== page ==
Following the re-sealing of the Gaza-Egypt border on 3 February,
Amnesty International is concerned about the increasingly difficult
human rights situation and living conditions of some 1.5 million
Palestinians in the Gaza Strip.
"Egypt has the right to secure its border with Gaza, but a return to
the situation whereby the Gaza-Egypt border – Gazans' only means of
passage to the outside world – is completely sealed, as it has been for
the past seven months, is not acceptable," said Malcolm Smart, Director
of Amnesty International's Middle East and North Africa Programme.
"Whatever agreement about the management of the border is reached
between the governments of Israel and Egypt, the Palestinian Authority
and the Hamas de-facto administration in Gaza, it must respect fully
the fundamental rights of the population of Gaza."
With the exception of the 10-day period after the breaching of the
Gaza-Egypt border at Rafah by Palestinian militants on 23 January, the
entire 1.5 million population of the Gaza Strip has been locked down
since June 2007.
Even patients in urgent need of medical care not available in Gaza have
been denied passage out of Gaza by the Israeli authorities. Dozens of
those who were unable to leave Gaza for medical care abroad have died
in recent months.
In the past few days, hundreds of patients who have been waiting to
leave Gaza for months and who crossed into Egypt through the breached
border were allowed by the Egyptian authorities to access hospitals
there or travel to other countries to obtain treatment. However, many
more remain in Gaza and now, once again, are unable to leave.
Medical facilities in Gaza lack the specialized staff and equipment to
treat a range of serious and life-threatening conditions, such as
cancer and cardiovascular illnesses. In recent months, a lack of spare
parts for hospital equipment and increasingly frequent power cuts have
further reduced the capacity of hospitals and health clinics.
The Israeli authorities continue to maintain a stifling blockade on
Gaza, which prevents the passage of essential goods, including medical
supplies and humanitarian assistance, into and out of Gaza.
Prior to the tightening of the Israeli blockade on Gaza last June, an
average of 250 trucks of goods entered Gaza daily, but between 18 and
29 January the Israeli authorities permitted only 32 truckloads of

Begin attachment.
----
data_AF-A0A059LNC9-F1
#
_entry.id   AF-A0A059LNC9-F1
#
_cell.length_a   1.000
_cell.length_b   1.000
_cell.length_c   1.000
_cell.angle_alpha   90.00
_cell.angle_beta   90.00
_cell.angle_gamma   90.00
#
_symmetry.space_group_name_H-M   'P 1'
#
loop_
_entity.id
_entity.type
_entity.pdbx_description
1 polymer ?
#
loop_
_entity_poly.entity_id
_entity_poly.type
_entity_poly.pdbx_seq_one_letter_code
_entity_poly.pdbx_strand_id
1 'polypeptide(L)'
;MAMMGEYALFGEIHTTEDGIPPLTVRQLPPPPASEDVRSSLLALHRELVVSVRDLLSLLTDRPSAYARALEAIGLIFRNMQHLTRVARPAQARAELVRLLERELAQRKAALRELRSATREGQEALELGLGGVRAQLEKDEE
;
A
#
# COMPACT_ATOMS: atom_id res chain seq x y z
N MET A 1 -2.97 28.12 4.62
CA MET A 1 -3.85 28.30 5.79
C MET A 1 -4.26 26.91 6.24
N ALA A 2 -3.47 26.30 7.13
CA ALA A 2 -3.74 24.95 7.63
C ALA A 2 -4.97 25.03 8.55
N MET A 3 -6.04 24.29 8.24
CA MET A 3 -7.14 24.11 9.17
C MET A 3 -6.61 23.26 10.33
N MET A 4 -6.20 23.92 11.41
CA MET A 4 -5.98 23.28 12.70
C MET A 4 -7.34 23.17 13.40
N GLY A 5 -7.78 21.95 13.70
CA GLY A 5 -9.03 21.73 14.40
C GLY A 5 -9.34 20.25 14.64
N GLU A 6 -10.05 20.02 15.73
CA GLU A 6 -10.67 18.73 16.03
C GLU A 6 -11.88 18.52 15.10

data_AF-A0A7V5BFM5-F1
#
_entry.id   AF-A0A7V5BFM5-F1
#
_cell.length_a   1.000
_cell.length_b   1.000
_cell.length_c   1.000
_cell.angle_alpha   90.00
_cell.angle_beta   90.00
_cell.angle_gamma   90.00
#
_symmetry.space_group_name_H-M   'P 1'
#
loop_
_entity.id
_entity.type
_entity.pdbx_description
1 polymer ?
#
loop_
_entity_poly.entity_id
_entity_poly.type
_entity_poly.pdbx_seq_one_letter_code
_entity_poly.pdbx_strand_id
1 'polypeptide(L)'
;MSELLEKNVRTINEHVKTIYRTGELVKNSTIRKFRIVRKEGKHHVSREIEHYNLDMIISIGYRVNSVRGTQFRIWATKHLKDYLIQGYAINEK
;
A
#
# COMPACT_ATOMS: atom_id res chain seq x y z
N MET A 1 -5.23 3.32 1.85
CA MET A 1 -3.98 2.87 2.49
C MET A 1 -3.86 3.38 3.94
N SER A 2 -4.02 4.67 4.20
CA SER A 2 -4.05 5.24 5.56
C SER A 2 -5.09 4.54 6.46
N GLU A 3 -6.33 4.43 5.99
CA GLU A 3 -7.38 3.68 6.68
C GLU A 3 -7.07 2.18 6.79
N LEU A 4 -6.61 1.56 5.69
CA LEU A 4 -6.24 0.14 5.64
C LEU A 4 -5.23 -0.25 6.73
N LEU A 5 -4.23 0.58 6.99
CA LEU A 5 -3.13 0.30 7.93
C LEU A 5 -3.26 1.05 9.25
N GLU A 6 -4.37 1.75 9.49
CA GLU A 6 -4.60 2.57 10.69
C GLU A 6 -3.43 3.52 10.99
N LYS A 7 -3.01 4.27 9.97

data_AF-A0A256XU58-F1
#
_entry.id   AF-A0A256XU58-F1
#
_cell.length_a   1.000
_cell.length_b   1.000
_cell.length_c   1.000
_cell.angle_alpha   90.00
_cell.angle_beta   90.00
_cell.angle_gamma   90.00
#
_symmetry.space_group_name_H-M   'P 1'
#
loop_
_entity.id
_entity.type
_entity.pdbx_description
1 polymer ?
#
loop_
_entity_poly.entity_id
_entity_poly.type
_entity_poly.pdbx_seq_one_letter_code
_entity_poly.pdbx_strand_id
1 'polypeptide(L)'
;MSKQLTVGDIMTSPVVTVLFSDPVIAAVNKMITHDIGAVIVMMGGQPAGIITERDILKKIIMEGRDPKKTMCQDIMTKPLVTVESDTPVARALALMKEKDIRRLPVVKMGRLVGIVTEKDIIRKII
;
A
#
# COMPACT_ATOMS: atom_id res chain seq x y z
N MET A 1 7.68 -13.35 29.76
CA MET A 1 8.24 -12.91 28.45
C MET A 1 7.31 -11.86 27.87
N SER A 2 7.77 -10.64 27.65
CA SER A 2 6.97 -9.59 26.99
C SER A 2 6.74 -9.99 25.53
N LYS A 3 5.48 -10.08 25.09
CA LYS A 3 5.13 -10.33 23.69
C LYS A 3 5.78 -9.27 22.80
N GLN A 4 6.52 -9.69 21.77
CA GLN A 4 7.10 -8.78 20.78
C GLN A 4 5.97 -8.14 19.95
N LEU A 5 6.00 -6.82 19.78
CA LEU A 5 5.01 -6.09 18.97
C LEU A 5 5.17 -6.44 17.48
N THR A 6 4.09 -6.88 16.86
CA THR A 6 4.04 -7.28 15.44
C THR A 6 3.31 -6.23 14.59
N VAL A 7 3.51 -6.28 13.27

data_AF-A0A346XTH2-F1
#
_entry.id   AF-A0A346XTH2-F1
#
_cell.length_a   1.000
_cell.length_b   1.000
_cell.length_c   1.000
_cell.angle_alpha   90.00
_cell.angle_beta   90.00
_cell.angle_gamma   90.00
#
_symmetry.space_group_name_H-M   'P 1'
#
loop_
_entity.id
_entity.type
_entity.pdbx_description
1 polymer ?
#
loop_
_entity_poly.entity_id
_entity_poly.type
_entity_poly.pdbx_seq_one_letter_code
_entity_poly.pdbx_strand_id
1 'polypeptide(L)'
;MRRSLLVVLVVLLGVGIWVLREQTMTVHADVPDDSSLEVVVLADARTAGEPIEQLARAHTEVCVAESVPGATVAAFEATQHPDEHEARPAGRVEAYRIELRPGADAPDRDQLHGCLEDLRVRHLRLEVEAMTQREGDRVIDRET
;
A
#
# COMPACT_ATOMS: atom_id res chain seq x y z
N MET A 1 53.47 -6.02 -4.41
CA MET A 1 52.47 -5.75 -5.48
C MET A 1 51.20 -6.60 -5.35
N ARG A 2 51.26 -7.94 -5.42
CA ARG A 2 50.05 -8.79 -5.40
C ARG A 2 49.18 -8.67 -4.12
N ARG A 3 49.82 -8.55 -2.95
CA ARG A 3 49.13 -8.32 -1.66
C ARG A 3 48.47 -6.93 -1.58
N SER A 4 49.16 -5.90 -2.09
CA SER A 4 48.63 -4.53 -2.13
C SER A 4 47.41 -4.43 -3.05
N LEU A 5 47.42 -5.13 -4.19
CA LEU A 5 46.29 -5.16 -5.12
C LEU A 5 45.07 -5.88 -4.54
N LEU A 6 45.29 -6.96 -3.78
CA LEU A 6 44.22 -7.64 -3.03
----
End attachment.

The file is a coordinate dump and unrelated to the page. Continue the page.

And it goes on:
goods into Gaza. UN agencies and humanitarian organizations have
complained for months that the Israeli blockade prevents them from
delivering adequate quantities of aid to satisfy the growing
humanitarian needs of the population of Gaza.
Most of Gaza’s population is living in abject poverty and has been
forced to depend on international humanitarian assistance as a result
of the Israeli blockade, which has destroyed the local economy.
The Israeli government claims that the tightening of the blockade on
Gaza is in response to the frequent firing of home-made rockets by
Palestinian armed groups from Gaza into neighbouring areas in southern
Israel. On 30 January, the Israeli Supreme Court rejected a petition by
10 Israeli and Palestinian human rights organizations seeking to stop
the Israeli government from cutting supplies of fuel and electricity to
the Gaza Strip.
Israel has a right to take measures to protect its population from
Palestinian rocket attacks, which target Israeli civilians and violate
international law. However, its imposition of such a punitive blockade
on Gaza’s entire population for the action of some Palestinian
militants constitutes collective punishment and violates international
Amnesty International is renewing its call on the Israeli authorities
to lift its blockade on Gaza and to expedite access to medical care for
patients in need of urgent medical treatment not available in Gaza. It
is urging Hamas, as the de-facto administration in Gaza, to put an
immediate end to the firing of rockets – by its own militias and by
other armed groups.
It is urging Israel, the Egyptian
Government and the Palestinian Authority, the Hamas de-facto
administration in Gaza and the international community to work
constructively for a solution that ensures the security of the civilian
population in Israel, Egypt and Gaza, and that ensures that the rights of 1.5 millions of Palestinians in Gaza are respected.